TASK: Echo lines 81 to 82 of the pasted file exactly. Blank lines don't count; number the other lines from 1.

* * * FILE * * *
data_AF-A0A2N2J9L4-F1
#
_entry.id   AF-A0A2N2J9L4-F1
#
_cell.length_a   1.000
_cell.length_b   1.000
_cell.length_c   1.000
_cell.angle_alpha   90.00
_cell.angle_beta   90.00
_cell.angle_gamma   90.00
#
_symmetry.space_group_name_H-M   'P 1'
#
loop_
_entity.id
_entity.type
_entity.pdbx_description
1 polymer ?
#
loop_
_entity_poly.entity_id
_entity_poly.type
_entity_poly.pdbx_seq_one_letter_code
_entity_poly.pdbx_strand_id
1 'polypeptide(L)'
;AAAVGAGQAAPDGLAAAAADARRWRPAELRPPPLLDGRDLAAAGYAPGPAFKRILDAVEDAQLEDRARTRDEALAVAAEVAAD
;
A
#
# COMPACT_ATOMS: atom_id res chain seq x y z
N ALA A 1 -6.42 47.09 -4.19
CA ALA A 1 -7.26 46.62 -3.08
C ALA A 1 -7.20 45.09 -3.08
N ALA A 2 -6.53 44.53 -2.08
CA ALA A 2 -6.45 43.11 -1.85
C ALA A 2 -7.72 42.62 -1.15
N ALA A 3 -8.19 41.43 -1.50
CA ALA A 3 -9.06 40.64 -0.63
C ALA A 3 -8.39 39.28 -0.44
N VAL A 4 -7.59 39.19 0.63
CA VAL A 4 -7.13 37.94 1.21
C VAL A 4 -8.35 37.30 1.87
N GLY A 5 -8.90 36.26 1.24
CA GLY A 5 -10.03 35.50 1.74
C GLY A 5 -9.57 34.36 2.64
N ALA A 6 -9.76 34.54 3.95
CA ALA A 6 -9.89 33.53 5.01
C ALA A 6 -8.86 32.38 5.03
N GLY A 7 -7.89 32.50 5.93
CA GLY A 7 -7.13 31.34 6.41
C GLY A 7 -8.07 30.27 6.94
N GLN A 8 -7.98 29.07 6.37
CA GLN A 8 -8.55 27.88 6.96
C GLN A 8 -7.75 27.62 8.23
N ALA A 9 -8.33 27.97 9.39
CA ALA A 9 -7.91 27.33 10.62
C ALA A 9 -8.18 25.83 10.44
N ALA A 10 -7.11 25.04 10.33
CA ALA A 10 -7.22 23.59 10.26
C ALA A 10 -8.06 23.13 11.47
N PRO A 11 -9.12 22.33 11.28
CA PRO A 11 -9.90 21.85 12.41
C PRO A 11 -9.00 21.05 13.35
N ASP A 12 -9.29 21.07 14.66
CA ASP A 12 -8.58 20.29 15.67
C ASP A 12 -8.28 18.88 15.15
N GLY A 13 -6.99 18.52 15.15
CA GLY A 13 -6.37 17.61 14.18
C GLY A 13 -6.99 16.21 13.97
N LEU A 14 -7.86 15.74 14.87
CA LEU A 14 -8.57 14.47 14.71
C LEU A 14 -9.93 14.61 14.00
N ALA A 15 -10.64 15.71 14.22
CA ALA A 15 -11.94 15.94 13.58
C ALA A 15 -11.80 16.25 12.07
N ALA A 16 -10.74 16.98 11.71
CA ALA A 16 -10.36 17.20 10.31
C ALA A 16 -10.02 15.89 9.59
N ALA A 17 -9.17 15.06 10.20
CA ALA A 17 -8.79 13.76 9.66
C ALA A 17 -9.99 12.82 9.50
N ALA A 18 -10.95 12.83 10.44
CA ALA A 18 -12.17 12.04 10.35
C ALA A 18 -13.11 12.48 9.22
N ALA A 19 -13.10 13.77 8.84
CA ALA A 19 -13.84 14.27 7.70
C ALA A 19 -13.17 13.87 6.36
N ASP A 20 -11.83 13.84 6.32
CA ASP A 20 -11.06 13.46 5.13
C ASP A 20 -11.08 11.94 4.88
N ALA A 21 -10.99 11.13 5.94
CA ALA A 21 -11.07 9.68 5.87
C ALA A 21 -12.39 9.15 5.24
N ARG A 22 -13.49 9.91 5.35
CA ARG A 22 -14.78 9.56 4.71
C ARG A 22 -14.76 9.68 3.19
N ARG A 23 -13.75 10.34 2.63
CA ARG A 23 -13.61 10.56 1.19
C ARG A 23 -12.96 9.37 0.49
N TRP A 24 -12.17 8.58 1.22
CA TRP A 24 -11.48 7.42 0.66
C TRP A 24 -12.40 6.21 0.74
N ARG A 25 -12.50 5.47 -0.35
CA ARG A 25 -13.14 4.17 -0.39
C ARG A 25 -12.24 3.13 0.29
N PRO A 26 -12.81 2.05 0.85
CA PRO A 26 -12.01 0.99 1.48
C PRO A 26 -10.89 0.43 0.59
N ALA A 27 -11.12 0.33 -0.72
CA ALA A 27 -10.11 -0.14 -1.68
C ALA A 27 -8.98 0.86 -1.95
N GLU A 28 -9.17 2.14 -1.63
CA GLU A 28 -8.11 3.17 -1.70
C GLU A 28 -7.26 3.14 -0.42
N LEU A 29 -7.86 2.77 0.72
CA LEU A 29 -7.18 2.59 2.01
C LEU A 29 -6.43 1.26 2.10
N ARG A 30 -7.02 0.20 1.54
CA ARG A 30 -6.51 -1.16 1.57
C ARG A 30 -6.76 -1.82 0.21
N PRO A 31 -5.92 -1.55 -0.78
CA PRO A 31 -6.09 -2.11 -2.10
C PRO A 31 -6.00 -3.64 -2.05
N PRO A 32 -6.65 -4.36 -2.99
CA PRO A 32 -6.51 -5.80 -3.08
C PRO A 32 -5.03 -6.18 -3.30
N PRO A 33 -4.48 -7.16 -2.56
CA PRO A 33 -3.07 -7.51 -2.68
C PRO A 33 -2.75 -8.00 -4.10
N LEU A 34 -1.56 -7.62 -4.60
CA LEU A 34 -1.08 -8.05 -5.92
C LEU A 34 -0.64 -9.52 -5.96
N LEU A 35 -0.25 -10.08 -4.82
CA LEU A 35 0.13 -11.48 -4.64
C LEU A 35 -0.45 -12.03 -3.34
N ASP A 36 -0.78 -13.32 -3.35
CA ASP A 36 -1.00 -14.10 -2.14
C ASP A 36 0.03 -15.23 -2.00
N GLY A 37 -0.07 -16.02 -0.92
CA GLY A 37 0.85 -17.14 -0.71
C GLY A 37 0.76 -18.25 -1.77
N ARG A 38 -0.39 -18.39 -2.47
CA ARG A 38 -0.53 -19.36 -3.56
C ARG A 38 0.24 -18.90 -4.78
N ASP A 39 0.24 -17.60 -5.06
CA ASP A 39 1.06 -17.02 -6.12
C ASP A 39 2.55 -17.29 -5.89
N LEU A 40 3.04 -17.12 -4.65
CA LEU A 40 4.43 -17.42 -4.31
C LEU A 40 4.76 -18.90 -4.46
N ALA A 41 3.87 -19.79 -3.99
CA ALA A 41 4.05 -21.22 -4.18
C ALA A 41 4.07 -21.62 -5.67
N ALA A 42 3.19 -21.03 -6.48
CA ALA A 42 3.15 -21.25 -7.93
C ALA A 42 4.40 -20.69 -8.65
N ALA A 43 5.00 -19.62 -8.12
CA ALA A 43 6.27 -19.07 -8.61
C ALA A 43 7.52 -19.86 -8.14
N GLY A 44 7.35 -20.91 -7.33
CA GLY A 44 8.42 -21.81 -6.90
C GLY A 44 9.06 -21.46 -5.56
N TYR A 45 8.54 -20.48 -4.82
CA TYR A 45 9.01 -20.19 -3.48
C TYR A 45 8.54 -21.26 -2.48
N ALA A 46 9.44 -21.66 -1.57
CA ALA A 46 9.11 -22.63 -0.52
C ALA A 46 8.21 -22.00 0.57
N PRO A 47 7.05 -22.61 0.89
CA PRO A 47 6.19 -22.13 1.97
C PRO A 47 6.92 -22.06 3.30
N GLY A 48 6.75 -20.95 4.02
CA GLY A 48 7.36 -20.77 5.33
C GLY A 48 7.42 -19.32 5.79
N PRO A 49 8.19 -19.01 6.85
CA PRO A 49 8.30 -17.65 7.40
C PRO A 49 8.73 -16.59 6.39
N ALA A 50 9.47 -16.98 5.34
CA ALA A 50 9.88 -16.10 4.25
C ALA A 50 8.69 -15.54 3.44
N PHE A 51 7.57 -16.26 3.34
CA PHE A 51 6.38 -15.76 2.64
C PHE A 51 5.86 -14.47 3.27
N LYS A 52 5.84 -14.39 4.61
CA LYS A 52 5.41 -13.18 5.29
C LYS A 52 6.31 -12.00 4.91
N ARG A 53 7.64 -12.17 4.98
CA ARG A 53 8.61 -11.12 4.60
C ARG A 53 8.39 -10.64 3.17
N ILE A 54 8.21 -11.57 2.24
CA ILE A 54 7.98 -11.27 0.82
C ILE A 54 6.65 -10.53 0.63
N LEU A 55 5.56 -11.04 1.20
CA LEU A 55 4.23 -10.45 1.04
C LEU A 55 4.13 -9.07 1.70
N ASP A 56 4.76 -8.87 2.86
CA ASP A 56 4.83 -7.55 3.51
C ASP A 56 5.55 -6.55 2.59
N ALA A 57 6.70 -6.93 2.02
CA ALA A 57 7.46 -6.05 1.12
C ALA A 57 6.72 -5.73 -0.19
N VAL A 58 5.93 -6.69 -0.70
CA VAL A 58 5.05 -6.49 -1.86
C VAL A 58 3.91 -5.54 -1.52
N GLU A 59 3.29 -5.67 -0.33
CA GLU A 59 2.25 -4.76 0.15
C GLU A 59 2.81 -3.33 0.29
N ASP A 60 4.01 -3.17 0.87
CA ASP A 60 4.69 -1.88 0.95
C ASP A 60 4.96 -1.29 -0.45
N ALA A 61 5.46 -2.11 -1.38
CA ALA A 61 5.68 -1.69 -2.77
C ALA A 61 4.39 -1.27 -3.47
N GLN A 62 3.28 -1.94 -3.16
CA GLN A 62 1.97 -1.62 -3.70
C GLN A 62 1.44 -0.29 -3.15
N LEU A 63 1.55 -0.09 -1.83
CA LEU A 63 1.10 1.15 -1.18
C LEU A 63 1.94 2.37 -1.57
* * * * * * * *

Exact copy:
C ALA A 17 -9.99 12.82 9.50
N ALA A 18 -10.95 12.83 10.44